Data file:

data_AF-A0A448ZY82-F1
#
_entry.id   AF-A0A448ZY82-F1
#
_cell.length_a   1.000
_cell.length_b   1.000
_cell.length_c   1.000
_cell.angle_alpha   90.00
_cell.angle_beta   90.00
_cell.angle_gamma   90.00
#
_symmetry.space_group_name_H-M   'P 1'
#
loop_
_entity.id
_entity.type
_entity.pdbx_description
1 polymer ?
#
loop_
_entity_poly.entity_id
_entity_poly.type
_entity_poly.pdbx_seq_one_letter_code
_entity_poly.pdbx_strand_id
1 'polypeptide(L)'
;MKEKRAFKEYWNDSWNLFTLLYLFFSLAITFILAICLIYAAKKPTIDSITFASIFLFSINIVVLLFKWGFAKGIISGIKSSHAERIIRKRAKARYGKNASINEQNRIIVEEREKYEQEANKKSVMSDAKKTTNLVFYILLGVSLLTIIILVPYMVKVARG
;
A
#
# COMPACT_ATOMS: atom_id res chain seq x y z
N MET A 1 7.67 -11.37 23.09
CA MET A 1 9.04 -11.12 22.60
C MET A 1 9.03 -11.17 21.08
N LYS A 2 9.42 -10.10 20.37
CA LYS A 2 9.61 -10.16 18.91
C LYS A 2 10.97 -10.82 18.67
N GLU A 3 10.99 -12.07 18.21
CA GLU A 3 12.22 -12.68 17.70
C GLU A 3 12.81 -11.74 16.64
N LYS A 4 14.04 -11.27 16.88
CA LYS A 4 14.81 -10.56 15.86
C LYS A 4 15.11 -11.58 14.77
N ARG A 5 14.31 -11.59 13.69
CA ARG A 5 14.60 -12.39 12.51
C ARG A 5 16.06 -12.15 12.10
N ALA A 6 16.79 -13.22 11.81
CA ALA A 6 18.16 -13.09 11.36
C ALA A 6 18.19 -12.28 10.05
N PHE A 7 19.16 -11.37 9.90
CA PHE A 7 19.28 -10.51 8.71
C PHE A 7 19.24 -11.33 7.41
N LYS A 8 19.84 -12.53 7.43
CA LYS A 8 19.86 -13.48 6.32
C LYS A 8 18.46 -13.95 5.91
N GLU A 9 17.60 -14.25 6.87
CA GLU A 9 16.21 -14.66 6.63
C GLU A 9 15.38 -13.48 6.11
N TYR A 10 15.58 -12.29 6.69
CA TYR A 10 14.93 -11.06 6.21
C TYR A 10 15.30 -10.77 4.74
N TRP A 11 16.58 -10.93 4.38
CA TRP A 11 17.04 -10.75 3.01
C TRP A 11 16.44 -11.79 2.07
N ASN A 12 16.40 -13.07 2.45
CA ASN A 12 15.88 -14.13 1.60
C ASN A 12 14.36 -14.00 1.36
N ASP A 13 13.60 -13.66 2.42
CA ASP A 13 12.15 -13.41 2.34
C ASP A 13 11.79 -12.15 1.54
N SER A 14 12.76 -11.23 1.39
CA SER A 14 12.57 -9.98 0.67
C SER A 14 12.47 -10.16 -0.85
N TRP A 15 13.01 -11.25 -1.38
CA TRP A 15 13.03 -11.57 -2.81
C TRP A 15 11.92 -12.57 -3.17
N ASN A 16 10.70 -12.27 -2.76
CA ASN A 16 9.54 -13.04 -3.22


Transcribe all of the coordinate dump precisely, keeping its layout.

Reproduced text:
data_AF-A0A448ZY82-F1
#
_entry.id   AF-A0A448ZY82-F1
#
_cell.length_a   1.000
_cell.length_b   1.000
_cell.length_c   1.000
_cell.angle_alpha   90.00
_cell.angle_beta   90.00
_cell.angle_gamma   90.00
#
_symmetry.space_group_name_H-M   'P 1'
#
loop_
_entity.id
_entity.type
_entity.pdbx_description
1 polymer ?
#
loop_
_entity_poly.entity_id
_entity_poly.type
_entity_poly.pdbx_seq_one_letter_code
_entity_poly.pdbx_strand_id
1 'polypeptide(L)'
;MKEKRAFKEYWNDSWNLFTLLYLFFSLAITFILAICLIYAAKKPTIDSITFASIFLFSINIVVLLFKWGFAKGIISGIKSSHAERIIRKRAKARYGKNASINEQNRIIVEEREKYEQEANKKSVMSDAKKTTNLVFYILLGVSLLTIIILVPYMVKVARG
;
A
#
# COMPACT_ATOMS: atom_id res chain seq x y z
N MET A 1 7.67 -11.37 23.09
CA MET A 1 9.04 -11.12 22.60
C MET A 1 9.03 -11.17 21.08
N LYS A 2 9.42 -10.10 20.37
CA LYS A 2 9.61 -10.16 18.91
C LYS A 2 10.97 -10.82 18.67
N GLU A 3 10.99 -12.07 18.21
CA GLU A 3 12.22 -12.68 17.70
C GLU A 3 12.81 -11.74 16.64
N LYS A 4 14.04 -11.27 16.88
CA LYS A 4 14.81 -10.56 15.86
C LYS A 4 15.11 -11.58 14.77
N ARG A 5 14.31 -11.59 13.69
CA ARG A 5 14.60 -12.39 12.51
C ARG A 5 16.06 -12.15 12.10
N ALA A 6 16.79 -13.22 11.81
CA ALA A 6 18.16 -13.09 11.36
C ALA A 6 18.19 -12.28 10.05
N PHE A 7 19.16 -11.37 9.90
CA PHE A 7 19.28 -10.51 8.71
C PHE A 7 19.24 -11.33 7.41
N LYS A 8 19.84 -12.53 7.43
CA LYS A 8 19.86 -13.48 6.32
C LYS A 8 18.46 -13.95 5.91
N GLU A 9 17.60 -14.25 6.87
CA GLU A 9 16.21 -14.66 6.63
C GLU A 9 15.38 -13.48 6.11
N TYR A 10 15.58 -12.29 6.69
CA TYR A 10 14.93 -11.06 6.21
C TYR A 10 15.30 -10.77 4.74
N TRP A 11 16.58 -10.93 4.38
CA TRP A 11 17.04 -10.75 3.01
C TRP A 11 16.44 -11.79 2.07
N ASN A 12 16.40 -13.07 2.45
CA ASN A 12 15.88 -14.13 1.60
C ASN A 12 14.36 -14.00 1.36
N ASP A 13 13.60 -13.66 2.42
CA ASP A 13 12.15 -13.41 2.34
C ASP A 13 11.79 -12.15 1.54
N SER A 14 12.76 -11.23 1.39
CA SER A 14 12.57 -9.98 0.67
C SER A 14 12.47 -10.16 -0.85
N TRP A 15 13.01 -11.25 -1.38
CA TRP A 15 13.03 -11.57 -2.81
C TRP A 15 11.92 -12.57 -3.17
N ASN A 16 10.70 -12.27 -2.76
CA ASN A 16 9.54 -13.04 -3.22